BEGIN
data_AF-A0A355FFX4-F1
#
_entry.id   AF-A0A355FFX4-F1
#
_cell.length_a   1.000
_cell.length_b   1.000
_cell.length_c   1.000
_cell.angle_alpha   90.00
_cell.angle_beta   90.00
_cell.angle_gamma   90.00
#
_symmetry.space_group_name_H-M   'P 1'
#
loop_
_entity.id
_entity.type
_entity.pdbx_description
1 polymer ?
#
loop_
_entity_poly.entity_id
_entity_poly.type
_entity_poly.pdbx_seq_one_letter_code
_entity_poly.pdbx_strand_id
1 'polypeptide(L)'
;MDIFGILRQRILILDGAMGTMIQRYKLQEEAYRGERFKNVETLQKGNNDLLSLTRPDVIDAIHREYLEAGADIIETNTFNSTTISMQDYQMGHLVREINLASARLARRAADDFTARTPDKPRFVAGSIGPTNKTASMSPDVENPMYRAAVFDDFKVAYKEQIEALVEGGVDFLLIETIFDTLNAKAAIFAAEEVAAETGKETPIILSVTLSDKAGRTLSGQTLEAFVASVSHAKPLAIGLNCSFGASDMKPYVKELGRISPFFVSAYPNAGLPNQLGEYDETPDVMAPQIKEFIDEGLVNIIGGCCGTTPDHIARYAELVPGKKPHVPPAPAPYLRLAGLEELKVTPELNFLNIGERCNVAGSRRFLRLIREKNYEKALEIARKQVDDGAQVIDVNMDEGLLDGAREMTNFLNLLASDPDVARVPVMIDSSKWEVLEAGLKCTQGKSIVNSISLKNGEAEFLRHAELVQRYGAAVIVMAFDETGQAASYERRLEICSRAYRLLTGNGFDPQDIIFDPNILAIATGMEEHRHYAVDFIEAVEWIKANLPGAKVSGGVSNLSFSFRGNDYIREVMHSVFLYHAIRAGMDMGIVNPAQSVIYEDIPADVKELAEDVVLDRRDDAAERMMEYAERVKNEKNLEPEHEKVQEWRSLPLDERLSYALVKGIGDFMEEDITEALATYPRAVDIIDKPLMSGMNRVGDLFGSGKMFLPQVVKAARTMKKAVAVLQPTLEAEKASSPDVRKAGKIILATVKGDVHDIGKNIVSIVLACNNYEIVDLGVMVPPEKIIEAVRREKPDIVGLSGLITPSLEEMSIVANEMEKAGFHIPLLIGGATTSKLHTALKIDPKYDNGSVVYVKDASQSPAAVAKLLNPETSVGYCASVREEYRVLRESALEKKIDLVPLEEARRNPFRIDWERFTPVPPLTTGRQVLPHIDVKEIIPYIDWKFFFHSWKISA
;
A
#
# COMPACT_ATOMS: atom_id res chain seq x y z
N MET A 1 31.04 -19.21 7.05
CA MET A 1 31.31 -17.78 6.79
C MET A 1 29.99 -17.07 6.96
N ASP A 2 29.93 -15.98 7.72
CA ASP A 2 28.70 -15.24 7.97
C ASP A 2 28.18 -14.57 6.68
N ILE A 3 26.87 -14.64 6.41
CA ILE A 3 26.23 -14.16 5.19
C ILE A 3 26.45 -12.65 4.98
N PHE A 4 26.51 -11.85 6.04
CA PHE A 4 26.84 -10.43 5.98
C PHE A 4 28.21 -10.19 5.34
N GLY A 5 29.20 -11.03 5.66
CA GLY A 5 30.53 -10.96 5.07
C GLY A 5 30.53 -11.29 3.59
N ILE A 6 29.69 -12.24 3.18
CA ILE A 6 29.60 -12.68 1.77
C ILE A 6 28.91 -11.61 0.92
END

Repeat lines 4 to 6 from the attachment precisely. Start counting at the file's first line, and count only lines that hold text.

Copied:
#
_cell.length_a   1.000
_cell.length_b   1.000